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    [Indian Affairs] and [Texas Rangers]. Reading W. Black Letter Signed as "R. W. Black / U.S. Military Agt in Command." One leaf of lined paper, 7.75" x 9.75", Fort Duncan [Texas], September 10, 1865, in Spanish to Jesus de la Garza at Santa Rosa [Mexico]. Reading Black (1830-1867), a landowning Quaker from Uvalde County known for his sympathies toward Indians, writes this letter attempting to bring the Kickapoo from Mexico to their reservation in Missouri. On lined paper in bold ink. Weakness and some separation along the central fold. Dampstaining along the right margin has also produced some weakness. In part:

    "I have been sent by the Commanding General of the military department of Texas to enter into talks with the Kickapoo Indians, who are now living in the neighborhood of Santa Rosa, with the object of seeing if they wish to return to the lands given to them by the government of the United States, situated in Missouri. . . . Wishing well to both sides of the Rio Bravo, I would like to see which amicable way they could be removed, because the way they are living now is very harmful to you as it is to us, and to let them live, and continue the depredations, it is impossible to support. . . . If measures are taken to punish or exterminate these Indians, there will always be some left (the same thing that happened with the Lipans." Black further offers to meet with the Kickapoo and to give them a "proper escort" to Missouri if they wish.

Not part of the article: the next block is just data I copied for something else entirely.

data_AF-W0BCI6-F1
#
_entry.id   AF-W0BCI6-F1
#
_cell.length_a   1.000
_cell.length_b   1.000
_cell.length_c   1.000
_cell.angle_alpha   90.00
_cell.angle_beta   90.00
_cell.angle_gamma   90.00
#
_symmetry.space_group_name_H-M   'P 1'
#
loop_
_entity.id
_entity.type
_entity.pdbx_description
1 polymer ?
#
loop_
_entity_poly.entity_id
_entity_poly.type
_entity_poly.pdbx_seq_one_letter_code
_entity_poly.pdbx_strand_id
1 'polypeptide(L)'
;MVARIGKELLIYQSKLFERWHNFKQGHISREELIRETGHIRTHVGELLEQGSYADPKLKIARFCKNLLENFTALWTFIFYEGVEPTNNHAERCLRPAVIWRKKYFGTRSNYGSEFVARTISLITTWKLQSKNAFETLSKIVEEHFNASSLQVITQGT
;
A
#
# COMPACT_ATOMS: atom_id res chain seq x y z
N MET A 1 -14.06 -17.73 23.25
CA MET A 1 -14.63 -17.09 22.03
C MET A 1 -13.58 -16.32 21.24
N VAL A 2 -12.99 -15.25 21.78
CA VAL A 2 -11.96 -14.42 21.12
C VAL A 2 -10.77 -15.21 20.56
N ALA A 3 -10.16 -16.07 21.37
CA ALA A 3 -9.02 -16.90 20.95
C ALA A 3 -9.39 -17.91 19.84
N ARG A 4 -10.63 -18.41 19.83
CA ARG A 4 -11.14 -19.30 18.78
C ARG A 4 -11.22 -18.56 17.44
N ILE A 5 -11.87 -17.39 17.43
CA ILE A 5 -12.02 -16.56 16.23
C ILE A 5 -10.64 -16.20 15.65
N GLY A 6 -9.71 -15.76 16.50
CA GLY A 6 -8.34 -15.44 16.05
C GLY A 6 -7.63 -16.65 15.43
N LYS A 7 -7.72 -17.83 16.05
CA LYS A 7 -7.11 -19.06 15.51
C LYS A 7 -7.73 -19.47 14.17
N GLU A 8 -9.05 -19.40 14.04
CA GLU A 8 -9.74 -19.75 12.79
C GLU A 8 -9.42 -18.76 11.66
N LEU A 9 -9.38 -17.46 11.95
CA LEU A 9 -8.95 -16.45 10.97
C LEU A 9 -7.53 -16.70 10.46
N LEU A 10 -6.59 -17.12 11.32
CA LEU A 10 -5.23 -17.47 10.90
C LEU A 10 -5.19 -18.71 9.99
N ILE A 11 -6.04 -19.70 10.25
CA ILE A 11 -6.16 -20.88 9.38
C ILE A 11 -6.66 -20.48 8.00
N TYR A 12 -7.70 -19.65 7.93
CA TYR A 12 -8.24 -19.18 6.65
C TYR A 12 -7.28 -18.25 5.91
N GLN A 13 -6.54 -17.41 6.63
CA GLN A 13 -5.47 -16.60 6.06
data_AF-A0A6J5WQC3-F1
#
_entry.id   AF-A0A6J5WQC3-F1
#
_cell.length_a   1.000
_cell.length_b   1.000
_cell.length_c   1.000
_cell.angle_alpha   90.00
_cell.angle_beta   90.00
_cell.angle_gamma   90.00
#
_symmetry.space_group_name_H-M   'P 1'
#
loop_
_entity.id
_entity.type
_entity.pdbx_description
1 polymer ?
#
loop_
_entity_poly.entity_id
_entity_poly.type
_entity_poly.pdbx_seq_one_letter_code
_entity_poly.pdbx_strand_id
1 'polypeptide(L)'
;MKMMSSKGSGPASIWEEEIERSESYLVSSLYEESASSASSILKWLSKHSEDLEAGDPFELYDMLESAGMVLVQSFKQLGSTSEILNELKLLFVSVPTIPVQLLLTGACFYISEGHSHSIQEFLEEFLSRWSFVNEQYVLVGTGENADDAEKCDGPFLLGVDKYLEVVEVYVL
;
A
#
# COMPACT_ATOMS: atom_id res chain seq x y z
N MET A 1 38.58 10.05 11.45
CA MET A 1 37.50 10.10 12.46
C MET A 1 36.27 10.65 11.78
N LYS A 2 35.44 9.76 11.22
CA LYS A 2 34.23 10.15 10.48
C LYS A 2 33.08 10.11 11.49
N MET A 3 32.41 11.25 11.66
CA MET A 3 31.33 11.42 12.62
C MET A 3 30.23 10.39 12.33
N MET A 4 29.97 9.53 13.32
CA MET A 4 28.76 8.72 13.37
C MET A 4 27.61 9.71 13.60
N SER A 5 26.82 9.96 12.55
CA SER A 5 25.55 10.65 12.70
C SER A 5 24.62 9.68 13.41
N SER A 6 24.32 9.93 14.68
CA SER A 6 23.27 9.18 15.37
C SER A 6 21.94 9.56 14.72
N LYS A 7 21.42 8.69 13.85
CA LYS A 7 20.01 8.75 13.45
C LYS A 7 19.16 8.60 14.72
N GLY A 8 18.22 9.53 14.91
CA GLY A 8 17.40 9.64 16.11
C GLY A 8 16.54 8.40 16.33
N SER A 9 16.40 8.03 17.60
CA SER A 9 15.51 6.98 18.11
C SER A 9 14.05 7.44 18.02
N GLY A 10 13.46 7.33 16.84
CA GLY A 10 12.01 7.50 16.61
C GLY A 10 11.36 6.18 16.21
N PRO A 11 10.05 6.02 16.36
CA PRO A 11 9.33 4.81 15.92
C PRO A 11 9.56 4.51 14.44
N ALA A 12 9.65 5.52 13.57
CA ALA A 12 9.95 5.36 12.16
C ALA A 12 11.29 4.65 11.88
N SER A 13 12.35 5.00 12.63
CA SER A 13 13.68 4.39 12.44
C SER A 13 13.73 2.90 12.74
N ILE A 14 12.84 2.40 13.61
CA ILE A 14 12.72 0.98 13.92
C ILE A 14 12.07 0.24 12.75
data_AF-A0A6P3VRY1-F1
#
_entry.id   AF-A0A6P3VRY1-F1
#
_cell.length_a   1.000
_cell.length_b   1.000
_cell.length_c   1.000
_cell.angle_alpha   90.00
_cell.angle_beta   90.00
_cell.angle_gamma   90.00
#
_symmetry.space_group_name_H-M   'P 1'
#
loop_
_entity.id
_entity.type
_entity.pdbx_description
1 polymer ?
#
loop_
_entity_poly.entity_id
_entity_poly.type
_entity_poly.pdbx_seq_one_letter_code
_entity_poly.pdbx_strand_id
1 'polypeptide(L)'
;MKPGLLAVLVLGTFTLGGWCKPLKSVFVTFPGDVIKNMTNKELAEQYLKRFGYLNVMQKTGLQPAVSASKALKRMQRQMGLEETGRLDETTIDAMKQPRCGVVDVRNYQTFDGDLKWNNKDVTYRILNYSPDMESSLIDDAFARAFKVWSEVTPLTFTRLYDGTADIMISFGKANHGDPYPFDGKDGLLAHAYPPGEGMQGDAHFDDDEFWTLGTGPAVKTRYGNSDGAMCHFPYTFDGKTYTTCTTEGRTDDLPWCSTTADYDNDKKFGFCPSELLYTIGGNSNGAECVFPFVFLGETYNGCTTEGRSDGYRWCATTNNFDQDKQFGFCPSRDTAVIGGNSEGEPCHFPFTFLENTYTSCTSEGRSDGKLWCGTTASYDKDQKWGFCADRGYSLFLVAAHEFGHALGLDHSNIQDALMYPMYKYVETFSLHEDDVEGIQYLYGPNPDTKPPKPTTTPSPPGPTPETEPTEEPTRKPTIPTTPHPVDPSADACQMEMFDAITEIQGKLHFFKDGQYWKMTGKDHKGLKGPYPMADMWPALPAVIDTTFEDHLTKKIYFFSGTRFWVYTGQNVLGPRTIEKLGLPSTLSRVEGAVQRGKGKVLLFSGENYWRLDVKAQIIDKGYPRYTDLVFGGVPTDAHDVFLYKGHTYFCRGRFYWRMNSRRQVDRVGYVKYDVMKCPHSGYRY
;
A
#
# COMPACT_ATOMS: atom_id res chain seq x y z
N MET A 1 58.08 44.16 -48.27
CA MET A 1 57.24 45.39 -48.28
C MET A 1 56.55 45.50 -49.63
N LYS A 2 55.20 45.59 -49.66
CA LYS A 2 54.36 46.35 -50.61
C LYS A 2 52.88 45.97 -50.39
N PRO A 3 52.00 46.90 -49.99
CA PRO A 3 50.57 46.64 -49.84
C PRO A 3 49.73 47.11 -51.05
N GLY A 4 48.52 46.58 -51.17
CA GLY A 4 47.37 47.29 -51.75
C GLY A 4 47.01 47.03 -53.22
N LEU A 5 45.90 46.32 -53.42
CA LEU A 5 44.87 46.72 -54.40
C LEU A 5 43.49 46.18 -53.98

Though Reading Black was known for being friendly to Indians (as exemplified in this letter), he also thought that Texas settlers needed protection. So, earlier in 1856 during the Callahan Expedition, he commanded a company of Rangers - the Volunteer Mounted Minute Men, whose ranging district was Uvalde County. Later in 1866, Black was elected as the Unionist representative to the U.S. Congress. He also had sympathies for freedmen, for which he was murdered in 1867. Fort Duncan was established during the Mexican War on the Rio Grande in Maverick County to protect West Texas settlers from Indians and bandits. The Confederates controlled the fort during the Civil War.


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    Auction Dates
    March, 2015
    14th Saturday
    Bids + Registered Phone Bidders: 1
    Lot Tracking Activity: N/A
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